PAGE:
This is not an easy topic to teach, nor should it be.  However, my experience with Echoes & Reflections, as a facilitator and classroom teacher, has made it easier for me to get the information and learn ways to use it in the classroom, utilizing lessons that engage students in our ever-changing world.

About the author: Kim Klett has taught English at Dobson High School since 1991. In addition to being a trainer for Echoes & Reflections, she is a Museum Teacher Fellow of the United States Holocaust Memorial Museum, Deputy Executive Director of Educators' Institute for Human Rights, a Carl Wilkens Fellow, and secretary on the board of the Phoenix Holocaust Association.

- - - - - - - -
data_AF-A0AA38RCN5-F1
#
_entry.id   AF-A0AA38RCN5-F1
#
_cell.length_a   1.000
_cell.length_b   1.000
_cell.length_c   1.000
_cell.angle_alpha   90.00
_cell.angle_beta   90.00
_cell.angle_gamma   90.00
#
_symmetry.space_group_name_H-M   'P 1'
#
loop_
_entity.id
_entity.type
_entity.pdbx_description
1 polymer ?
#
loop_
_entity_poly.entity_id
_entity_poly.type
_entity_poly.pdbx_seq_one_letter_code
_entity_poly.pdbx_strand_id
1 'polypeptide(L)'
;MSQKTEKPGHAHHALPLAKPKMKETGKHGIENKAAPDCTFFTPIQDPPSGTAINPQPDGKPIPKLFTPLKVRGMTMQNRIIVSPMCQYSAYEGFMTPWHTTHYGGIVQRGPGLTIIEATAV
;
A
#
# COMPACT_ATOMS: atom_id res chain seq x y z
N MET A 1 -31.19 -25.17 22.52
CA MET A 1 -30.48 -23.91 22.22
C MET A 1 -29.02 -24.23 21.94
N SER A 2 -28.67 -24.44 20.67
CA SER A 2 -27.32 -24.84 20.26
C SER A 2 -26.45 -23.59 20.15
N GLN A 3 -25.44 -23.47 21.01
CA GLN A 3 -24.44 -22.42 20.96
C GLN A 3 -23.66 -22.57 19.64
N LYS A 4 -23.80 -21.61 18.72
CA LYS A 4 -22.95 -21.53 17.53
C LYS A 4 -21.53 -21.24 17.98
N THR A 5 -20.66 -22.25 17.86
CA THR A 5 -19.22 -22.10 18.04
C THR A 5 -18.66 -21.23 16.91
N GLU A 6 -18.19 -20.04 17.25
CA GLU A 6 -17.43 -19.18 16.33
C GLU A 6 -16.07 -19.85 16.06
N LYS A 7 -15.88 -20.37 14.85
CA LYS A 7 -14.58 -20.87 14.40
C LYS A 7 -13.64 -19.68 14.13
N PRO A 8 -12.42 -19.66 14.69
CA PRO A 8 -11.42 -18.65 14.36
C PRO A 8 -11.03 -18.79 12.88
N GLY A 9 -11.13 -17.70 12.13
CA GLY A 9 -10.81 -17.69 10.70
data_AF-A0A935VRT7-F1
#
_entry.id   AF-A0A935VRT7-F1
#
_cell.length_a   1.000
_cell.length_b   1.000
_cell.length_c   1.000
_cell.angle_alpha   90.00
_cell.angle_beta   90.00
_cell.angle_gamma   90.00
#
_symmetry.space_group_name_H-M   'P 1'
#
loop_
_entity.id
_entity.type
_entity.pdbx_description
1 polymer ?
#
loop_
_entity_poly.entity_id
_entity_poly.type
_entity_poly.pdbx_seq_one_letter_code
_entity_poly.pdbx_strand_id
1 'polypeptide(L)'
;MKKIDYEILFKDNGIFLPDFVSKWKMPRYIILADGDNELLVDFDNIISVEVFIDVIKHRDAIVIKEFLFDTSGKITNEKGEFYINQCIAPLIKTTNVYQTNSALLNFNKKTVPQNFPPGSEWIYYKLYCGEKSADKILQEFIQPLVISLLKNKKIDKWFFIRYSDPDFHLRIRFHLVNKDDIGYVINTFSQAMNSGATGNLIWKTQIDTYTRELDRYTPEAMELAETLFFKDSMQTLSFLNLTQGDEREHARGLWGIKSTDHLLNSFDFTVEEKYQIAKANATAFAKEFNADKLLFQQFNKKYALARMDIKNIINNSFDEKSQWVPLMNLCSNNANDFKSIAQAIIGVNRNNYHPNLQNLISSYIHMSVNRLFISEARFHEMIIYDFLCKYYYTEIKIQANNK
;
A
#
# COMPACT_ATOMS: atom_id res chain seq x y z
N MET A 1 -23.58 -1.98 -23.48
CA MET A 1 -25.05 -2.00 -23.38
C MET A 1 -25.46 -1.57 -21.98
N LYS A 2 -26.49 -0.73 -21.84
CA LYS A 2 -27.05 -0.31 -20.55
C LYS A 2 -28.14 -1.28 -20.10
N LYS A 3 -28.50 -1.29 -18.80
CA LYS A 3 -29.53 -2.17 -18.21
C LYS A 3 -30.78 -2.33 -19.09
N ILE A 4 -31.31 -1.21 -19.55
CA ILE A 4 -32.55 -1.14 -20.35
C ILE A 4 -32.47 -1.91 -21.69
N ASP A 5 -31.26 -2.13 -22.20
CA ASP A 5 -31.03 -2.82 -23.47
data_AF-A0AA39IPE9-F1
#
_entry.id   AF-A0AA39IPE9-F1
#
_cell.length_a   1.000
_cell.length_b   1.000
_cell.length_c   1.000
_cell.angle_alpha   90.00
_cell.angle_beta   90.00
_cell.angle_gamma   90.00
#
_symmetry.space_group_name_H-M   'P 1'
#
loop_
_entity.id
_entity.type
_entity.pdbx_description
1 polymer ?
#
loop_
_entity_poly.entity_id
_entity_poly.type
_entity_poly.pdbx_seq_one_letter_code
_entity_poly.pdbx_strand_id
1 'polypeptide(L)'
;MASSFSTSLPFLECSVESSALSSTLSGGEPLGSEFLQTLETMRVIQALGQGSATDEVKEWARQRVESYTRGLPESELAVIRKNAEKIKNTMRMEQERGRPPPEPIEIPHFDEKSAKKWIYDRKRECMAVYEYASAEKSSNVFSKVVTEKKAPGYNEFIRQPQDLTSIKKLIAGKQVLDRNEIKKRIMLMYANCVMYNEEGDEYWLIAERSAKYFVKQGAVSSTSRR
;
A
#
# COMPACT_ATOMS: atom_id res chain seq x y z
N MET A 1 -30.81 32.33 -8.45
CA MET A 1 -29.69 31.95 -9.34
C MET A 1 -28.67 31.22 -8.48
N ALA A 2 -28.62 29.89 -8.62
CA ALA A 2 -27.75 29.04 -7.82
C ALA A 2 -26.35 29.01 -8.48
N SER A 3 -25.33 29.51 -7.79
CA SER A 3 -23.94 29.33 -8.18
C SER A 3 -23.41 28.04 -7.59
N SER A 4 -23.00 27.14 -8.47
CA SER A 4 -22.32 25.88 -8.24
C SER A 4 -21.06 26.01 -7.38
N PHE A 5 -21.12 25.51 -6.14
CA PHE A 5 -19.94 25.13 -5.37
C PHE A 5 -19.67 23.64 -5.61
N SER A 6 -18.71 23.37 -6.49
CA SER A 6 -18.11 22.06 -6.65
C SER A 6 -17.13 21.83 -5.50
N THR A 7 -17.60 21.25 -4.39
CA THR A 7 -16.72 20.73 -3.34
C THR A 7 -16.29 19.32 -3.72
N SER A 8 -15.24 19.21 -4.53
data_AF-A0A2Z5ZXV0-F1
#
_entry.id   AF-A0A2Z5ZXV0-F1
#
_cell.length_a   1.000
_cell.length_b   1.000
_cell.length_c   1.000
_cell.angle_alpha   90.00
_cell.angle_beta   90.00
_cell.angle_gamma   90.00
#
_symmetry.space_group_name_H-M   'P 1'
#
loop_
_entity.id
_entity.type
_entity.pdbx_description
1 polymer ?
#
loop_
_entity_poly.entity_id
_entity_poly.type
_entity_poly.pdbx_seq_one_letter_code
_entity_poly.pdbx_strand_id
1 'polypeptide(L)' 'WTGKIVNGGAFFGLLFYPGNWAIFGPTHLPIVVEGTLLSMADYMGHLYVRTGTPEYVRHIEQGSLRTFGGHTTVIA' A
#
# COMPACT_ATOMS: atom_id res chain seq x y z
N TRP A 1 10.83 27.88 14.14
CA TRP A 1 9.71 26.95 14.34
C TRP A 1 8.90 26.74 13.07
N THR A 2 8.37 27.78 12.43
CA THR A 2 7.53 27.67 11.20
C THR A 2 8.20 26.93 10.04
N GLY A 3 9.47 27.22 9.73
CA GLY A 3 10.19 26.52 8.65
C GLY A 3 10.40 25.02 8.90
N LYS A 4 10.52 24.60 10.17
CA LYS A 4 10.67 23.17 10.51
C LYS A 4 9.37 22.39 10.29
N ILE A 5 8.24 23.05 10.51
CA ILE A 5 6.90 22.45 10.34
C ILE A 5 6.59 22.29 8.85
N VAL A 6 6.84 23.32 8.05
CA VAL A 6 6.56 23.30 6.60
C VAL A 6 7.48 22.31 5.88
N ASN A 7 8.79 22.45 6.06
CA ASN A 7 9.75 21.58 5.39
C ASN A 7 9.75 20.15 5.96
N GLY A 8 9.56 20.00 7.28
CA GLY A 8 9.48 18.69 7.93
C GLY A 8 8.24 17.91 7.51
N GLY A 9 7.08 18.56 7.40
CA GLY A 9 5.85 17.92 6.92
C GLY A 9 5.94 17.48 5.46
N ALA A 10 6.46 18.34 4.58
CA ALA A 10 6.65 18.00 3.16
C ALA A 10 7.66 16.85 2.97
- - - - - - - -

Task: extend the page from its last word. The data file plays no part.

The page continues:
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ANTISEMITISM

HOLOCAUST EDUCATION



This article originally appeared in Education Week

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The Holocaust is ancient history for many students

On May 2, Holocaust Remembrance Day (or Yom HaShoah), we remember the millions of Jewish and other victims killed during the murderous Nazi reign in Germany. Sadly, we only need to consider the shooting at a synagogue this past Saturday in Poway, Calif., to understand the importance of using classroom time to educate and reflect on this horrific period in history.